Dutch curses

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An article in The Economist has two titles in different editions, both datelined March 26, 2020 Amsterdam:

  1. Typhus off!
    "Why Dutch swear words are so poxy
    English insults often refer to sex; Dutch ones, to disease"
  2. Swearing
    "Dutch disease
    A country where sicknesses are curses"

The content is the same:

In most languages, if someone said you had cancer, it would be a diagnosis. In Dutch, it is more likely to be an insult. Kankerlijer (“cancer-sufferer”) is one of a long list of Dutch profanities and expletives derived from diseases. An undesirable person might be told to “typhus off” (optyfussen) or “get consumption” (krijg de tering). If in (American) English you laugh your ass off, in Dutch you might “laugh yourself the pleurisy” (lachen je de pleuris). No one in England has been called a “poxy bitch” for centuries, but in the Netherlands you can still call someone a pokkenteef. A damned long way is a klereneind (“cholera-end”). And so on.

Because expletives are based on social taboos, in most cultures they are linked to sex, excrement or religion. Many Dutch swear words are as well, but they often feel weaker than the medical ones. Schijt is less like its English cognate and more like the gentler French merde. Mierenneuker (“ant-fucker”) is an anodyne expression for someone who fusses over details. “Whore” is an insult in Dutch too, but when the rapper Lil’ Kleine had a beef with pop singer Anouk last autumn, he went with the harsher kankerhoer (“cancer-whore”).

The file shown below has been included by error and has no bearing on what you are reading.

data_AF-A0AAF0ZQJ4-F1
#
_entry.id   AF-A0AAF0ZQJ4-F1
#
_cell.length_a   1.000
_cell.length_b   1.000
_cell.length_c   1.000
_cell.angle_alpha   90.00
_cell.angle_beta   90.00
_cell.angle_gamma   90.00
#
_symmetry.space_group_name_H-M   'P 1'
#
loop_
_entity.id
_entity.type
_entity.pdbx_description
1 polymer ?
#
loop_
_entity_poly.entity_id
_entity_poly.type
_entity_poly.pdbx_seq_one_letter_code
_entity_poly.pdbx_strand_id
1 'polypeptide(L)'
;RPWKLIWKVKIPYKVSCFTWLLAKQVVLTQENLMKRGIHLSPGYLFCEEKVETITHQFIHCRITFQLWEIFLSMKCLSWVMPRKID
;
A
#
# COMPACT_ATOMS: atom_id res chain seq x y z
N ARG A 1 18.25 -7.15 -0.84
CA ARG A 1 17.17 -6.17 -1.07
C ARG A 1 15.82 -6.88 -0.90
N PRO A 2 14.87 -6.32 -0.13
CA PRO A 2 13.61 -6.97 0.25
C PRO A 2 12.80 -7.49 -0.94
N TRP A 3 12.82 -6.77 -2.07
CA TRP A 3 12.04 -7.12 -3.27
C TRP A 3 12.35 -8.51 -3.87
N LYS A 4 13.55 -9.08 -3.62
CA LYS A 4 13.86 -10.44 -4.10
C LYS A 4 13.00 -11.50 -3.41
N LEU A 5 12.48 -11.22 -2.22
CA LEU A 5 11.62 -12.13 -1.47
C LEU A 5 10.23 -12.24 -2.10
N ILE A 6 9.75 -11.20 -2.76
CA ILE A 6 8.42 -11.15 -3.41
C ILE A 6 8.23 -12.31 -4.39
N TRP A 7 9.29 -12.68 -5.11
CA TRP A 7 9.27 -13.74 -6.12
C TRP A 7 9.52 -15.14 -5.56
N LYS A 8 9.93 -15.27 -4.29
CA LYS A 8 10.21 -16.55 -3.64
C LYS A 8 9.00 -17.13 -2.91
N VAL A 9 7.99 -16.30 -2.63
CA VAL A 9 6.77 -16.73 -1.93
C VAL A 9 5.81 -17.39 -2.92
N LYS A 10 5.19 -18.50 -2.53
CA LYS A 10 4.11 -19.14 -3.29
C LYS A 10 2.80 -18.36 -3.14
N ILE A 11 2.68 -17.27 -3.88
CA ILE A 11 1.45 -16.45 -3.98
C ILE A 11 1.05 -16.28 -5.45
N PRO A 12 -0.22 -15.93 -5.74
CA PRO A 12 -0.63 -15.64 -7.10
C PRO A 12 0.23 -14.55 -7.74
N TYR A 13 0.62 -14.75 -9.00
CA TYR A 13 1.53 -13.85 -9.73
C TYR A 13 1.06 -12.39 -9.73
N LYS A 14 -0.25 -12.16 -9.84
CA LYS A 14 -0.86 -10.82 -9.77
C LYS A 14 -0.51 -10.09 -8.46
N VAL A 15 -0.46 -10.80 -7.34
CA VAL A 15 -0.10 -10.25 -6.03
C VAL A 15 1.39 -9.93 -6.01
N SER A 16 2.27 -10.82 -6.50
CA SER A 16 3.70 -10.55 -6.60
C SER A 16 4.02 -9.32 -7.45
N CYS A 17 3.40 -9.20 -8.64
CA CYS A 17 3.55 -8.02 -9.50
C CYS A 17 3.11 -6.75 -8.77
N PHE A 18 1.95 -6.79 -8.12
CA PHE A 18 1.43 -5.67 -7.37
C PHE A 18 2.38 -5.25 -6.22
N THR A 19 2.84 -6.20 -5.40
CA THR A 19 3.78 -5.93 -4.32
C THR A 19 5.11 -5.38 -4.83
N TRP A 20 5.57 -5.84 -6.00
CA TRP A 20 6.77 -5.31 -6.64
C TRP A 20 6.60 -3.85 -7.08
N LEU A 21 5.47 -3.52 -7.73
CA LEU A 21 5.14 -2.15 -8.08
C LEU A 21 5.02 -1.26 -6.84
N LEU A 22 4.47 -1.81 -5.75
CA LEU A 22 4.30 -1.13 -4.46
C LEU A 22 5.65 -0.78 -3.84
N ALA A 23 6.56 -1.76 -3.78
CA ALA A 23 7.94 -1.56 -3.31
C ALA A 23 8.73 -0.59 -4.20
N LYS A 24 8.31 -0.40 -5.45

Scholars are not sure why the Dutch swear with illnesses. One theory links it to Calvinism, the puritanical strain of Protestantism that caught on here in the 16th century, which holds that the virtue of those destined for heaven will show itself in worldly prosperity, health and hygiene. “There was a shift in focus from the afterlife to this life, which, for example, diminished the strength of ‘God damn it’,” says Marten van der Meulen, a Dutch linguist and author of a book on swearing. On this theory, “a curse might be stronger if you used something in actual life, like a disease.”